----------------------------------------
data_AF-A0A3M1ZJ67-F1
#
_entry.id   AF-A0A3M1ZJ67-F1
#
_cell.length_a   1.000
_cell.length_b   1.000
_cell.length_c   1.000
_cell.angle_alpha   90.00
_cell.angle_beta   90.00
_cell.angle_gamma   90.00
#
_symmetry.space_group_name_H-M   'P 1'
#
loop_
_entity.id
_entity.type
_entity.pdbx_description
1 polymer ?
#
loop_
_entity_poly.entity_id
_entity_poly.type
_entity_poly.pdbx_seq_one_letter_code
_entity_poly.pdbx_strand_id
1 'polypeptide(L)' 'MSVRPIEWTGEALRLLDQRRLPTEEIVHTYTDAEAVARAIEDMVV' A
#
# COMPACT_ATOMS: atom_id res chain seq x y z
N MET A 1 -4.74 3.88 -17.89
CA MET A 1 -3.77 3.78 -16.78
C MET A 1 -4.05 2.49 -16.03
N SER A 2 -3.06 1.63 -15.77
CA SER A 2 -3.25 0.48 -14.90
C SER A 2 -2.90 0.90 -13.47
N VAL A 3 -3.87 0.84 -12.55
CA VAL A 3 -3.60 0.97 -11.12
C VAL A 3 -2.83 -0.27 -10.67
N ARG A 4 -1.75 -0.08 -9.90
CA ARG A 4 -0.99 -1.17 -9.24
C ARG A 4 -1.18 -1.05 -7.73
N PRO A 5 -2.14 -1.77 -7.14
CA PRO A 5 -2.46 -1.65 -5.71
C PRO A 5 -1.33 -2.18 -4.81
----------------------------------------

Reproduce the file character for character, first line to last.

data_AF-A0A3M1ZJ67-F1
#
_entry.id   AF-A0A3M1ZJ67-F1
#
_cell.length_a   1.000
_cell.length_b   1.000
_cell.length_c   1.000
_cell.angle_alpha   90.00
_cell.angle_beta   90.00
_cell.angle_gamma   90.00
#
_symmetry.space_group_name_H-M   'P 1'
#
loop_
_entity.id
_entity.type
_entity.pdbx_description
1 polymer ?
#
loop_
_entity_poly.entity_id
_entity_poly.type
_entity_poly.pdbx_seq_one_letter_code
_entity_poly.pdbx_strand_id
1 'polypeptide(L)' 'MSVRPIEWTGEALRLLDQRRLPTEEIVHTYTDAEAVARAIEDMVV' A
#
# COMPACT_ATOMS: atom_id res chain seq x y z
N MET A 1 -4.74 3.88 -17.89
CA MET A 1 -3.77 3.78 -16.78
C MET A 1 -4.05 2.49 -16.03
N SER A 2 -3.06 1.63 -15.77
CA SER A 2 -3.25 0.48 -14.90
C SER A 2 -2.90 0.90 -13.47
N VAL A 3 -3.87 0.84 -12.55
CA VAL A 3 -3.60 0.97 -11.12
C VAL A 3 -2.83 -0.27 -10.67
N ARG A 4 -1.75 -0.08 -9.90
CA ARG A 4 -0.99 -1.17 -9.24
C ARG A 4 -1.18 -1.05 -7.73
N PRO A 5 -2.14 -1.77 -7.14
CA PRO A 5 -2.46 -1.65 -5.71
C PRO A 5 -1.33 -2.18 -4.81